Letters, Friday, December 6, 2013

Have your say

25 years since our shipyards betrayed

IT is the 25th anniversary of the closure of the NESL Yards announcement on December 7, 1988.

 It is acknowledged that the decision to close was a political one by the Conservative government.

 With the decline in world trade in the early 1980s, every shipbuilding country was subsidising its industry to obtain work – in Korea a 40 per cent government subsidy was being offered.

 However, the British government was unwilling to subsidise the nationalised UK industry and embarked on a privatisation strategy, which hinged on the fact that the EEC would only subsidise the privatisation on condition that the shipbuilding capacity in the UK. would be reduced.

 Lord Young, Minister for the DTI, made a secret deal with the EEC to save the Govan Yard on the Clyde by selling it to Norwegian buyers in return for the obliteration of Sunderland’s shipbuilding capacity.

 Part of the deal was that the town would receive a £45million EEC grant to attract inward investment. A 10-year monitorium on any shipbuilding on the Wear was also part of the deal.

 This shabby deal resulted in some 6,000 workers being unemployed, which meant a whole generation consigned to life on state benefits. Even today, we have one of the highest levels of unemployment and the lowest levels of job vacancies.

 The closure of the Wear yards will go down in history as an act of industrial vandalism and social engineering on the altar of free market dogmatism.

 I for one will not forgive or forget this treacherous act of the industrial cleansing on the banks of the River Wear.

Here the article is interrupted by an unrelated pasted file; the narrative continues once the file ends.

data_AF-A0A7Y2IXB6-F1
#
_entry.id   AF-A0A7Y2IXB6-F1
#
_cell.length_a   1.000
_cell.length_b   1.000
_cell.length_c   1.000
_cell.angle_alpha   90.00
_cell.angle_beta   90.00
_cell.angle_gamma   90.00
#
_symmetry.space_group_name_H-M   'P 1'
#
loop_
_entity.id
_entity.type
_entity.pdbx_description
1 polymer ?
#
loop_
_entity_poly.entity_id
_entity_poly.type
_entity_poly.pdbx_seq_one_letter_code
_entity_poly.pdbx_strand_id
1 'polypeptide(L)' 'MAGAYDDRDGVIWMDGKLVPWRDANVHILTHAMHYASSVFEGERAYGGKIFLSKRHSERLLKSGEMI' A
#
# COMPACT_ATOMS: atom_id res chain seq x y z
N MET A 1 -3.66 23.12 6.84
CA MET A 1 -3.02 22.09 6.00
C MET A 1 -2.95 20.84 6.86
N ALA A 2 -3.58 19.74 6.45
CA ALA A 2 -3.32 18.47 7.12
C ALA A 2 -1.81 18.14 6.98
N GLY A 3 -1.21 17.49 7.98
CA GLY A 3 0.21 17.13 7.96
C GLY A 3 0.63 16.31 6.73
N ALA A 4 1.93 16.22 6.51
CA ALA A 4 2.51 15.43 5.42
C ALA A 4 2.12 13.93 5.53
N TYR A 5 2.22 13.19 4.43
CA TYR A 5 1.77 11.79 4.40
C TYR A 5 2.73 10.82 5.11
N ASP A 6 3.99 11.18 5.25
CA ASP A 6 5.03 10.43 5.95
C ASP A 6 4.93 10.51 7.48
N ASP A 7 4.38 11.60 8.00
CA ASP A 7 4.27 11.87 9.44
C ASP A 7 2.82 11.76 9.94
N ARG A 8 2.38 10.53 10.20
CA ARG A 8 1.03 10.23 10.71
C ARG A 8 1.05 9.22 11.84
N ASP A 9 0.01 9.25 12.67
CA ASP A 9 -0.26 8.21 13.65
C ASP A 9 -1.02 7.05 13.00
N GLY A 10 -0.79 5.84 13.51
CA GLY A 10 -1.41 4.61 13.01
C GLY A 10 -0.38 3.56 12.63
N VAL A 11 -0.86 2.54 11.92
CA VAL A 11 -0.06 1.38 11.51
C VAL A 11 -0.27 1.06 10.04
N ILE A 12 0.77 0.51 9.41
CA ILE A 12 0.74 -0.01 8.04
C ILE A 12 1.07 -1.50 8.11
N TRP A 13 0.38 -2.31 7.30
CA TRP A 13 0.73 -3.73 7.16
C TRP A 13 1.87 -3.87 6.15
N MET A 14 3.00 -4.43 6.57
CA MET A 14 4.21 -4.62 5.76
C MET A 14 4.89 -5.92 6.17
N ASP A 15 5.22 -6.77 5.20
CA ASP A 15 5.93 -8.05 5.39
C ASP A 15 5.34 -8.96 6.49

Although the Southwick, North Sands and Deptford yards were demolished, the Pallion yard remains open as a reminder of what was done to “the town where ships were born”.

Tony Carty,


Survey a success

I WOULD like to thank the hundreds of Fulwell residents who returned their survey forms after the ‘In Touch’ newsletters were delivered to their homes.

 Fulwell councillors had started to answer each return personally, however, the sheer volume of responses has made it difficult to do so.

 Many people informed us of their concerns on the local scene. Dog dirt was a prominent issue; followed by road and footpaths needing repairs together with the spraying of weeds.

 Irresponsible parking was another complaint, as was the lack of seafront leisure facilities, particularly the need for a replacement of the Crowtree Leisure Centre to be provided at Seaburn.

 Other issues included the need to stiffen up the profile of policing in the area and the regulating of private rental providers and landlords.

 A large number of criticisms also focused on the poor state of Sunderland city centre, which to many came a poor second in shopping to Newcastle.

 In particular the number of charity shops and the loss of quality outlets throughout the city was clearly an important issue raised by many, in particular the rundown Holmside area.

 The state of the Vaux site and the lack of progress in other large projects were also pinpointed as examples of the city’s abortive attempts to achieve real city status.

 The survey included space for comments about the national scene, and many people expressed concerns over the number of migrants that have been allowed into the country, together with comments that the in/out referendum promised by the Prime Minister should be held earlier than 2017.